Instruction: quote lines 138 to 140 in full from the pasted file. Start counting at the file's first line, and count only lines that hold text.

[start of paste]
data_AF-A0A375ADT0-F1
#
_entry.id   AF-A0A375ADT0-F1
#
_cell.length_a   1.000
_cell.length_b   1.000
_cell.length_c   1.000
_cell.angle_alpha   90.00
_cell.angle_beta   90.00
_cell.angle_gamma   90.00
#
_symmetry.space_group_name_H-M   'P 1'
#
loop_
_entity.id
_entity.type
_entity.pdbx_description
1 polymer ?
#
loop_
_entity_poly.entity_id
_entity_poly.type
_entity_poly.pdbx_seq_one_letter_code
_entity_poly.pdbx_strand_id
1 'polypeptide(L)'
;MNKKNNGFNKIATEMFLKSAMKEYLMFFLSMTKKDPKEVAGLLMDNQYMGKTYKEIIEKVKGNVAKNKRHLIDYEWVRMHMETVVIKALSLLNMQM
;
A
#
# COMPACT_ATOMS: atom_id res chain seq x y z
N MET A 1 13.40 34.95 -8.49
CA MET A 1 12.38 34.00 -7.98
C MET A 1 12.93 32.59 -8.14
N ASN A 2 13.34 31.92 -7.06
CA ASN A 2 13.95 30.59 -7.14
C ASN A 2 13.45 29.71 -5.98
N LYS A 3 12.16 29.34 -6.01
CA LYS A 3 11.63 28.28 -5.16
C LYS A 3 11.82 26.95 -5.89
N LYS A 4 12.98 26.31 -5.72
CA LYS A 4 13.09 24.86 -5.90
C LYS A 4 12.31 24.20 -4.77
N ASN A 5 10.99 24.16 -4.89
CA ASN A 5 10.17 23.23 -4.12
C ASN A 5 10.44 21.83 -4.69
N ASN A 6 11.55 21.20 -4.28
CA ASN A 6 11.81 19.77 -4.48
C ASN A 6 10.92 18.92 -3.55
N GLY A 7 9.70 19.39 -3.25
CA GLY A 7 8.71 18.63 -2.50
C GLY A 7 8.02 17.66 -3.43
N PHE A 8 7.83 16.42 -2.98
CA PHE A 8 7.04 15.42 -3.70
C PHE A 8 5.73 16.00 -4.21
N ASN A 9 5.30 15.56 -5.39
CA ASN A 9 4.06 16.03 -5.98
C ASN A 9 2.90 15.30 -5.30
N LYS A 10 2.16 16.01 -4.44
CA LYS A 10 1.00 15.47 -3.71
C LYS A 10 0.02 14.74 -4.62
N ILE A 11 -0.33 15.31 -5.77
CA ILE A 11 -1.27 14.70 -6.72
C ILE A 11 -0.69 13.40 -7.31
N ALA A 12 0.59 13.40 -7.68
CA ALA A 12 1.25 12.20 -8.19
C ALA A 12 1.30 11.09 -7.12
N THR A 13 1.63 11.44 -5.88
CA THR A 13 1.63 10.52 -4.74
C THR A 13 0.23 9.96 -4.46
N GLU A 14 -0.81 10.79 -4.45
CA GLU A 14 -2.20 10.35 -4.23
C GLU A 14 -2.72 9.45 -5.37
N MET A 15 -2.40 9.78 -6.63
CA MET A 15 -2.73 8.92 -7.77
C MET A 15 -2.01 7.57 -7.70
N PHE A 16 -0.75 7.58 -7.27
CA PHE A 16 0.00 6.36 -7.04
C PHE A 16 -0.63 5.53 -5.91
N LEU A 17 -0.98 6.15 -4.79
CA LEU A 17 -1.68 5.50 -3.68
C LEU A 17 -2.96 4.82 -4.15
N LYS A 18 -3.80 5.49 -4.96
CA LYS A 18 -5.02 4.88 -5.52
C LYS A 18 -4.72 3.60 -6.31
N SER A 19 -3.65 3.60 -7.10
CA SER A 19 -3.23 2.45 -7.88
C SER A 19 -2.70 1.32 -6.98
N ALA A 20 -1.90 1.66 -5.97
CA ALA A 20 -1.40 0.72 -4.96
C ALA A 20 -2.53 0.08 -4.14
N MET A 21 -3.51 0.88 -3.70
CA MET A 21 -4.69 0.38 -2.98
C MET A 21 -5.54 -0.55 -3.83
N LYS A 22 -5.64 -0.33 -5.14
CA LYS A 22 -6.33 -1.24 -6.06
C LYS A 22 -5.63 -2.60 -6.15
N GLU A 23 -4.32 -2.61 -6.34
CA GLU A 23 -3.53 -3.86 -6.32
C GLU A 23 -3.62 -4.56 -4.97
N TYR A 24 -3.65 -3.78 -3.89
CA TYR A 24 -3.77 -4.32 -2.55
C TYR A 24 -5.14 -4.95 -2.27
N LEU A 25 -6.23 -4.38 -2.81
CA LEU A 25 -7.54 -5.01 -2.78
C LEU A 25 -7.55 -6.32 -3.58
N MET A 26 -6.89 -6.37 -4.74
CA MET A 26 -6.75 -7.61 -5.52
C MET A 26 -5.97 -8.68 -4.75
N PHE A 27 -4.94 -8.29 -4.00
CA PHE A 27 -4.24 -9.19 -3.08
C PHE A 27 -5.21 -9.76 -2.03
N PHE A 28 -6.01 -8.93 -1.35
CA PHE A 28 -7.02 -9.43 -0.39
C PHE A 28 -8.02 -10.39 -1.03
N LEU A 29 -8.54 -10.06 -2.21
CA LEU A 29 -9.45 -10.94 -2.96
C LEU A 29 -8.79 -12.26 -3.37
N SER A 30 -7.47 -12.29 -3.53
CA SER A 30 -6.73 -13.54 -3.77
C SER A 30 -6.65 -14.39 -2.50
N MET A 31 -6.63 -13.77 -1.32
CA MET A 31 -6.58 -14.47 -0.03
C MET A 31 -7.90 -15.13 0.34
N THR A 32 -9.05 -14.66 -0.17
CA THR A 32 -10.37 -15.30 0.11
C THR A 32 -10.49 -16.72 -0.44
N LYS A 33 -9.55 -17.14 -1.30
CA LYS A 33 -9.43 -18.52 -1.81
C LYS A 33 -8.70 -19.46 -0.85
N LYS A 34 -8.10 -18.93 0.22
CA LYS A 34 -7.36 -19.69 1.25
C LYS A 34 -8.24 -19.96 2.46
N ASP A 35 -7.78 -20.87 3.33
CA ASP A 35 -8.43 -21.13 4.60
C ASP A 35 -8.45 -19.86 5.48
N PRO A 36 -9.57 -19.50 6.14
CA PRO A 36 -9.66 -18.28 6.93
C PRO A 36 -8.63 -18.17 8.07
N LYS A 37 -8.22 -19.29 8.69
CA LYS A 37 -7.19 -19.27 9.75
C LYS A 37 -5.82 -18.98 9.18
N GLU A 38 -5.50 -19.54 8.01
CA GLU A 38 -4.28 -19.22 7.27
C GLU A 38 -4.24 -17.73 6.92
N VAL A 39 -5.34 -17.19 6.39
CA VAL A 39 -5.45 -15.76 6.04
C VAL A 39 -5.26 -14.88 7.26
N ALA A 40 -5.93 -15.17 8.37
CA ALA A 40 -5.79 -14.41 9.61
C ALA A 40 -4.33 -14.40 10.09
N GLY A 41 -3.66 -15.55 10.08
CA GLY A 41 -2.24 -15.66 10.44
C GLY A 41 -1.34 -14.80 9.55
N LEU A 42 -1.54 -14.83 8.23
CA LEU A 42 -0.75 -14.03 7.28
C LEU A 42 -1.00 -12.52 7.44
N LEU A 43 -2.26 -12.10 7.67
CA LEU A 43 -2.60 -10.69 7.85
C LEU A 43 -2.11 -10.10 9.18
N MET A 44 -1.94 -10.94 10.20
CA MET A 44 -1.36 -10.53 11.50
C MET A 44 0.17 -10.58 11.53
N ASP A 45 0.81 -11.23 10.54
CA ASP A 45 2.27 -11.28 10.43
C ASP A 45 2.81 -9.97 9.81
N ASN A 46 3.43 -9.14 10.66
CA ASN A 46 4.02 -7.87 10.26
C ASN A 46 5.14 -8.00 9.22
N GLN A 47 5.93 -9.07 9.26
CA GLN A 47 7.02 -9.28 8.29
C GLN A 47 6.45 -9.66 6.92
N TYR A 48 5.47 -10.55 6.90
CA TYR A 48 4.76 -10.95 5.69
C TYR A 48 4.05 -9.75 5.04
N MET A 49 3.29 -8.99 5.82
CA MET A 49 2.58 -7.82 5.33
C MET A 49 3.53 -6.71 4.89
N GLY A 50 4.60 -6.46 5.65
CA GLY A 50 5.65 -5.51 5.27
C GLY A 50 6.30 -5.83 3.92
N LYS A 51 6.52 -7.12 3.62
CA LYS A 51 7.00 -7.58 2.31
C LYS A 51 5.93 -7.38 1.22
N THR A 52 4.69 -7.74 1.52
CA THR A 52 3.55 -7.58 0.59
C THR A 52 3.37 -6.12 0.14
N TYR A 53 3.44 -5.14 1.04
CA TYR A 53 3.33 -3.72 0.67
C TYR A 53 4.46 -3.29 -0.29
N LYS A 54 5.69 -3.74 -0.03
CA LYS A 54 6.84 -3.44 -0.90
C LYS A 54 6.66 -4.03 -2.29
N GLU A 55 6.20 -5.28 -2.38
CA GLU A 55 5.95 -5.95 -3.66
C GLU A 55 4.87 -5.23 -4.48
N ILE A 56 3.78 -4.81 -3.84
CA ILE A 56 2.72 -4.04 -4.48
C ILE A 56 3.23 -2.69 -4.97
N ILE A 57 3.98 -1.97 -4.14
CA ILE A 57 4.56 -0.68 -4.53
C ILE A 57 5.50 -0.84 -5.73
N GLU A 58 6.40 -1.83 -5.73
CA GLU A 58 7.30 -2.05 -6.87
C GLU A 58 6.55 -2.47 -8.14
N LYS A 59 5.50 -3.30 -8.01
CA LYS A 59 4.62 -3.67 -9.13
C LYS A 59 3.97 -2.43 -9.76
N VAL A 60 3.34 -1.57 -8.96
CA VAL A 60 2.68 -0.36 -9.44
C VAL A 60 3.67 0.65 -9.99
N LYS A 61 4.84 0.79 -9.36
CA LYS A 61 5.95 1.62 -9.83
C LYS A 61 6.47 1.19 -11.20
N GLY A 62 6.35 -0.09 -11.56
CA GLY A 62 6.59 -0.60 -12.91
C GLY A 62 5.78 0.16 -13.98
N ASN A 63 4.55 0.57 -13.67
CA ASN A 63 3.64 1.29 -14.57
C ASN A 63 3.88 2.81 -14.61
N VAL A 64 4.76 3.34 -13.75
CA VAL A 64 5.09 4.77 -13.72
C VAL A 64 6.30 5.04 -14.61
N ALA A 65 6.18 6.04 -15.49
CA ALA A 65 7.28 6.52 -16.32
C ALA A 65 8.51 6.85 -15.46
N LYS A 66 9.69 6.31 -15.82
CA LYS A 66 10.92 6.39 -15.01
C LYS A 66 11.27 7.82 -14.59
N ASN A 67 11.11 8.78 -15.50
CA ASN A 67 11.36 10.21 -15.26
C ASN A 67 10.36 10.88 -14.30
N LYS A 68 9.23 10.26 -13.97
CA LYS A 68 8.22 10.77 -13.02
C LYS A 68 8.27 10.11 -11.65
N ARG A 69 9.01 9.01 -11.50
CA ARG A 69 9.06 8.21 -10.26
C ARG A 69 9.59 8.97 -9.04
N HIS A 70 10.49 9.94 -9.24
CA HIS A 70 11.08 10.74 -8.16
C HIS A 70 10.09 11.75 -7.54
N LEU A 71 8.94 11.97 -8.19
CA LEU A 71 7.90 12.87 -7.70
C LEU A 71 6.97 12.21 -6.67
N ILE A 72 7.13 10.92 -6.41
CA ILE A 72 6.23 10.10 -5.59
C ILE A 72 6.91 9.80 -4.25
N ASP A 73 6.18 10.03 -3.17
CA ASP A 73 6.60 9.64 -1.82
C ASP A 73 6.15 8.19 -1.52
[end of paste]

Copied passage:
C PRO A 36 -8.63 -18.17 8.07
N LYS A 37 -8.22 -19.29 8.69
CA LYS A 37 -7.19 -19.27 9.75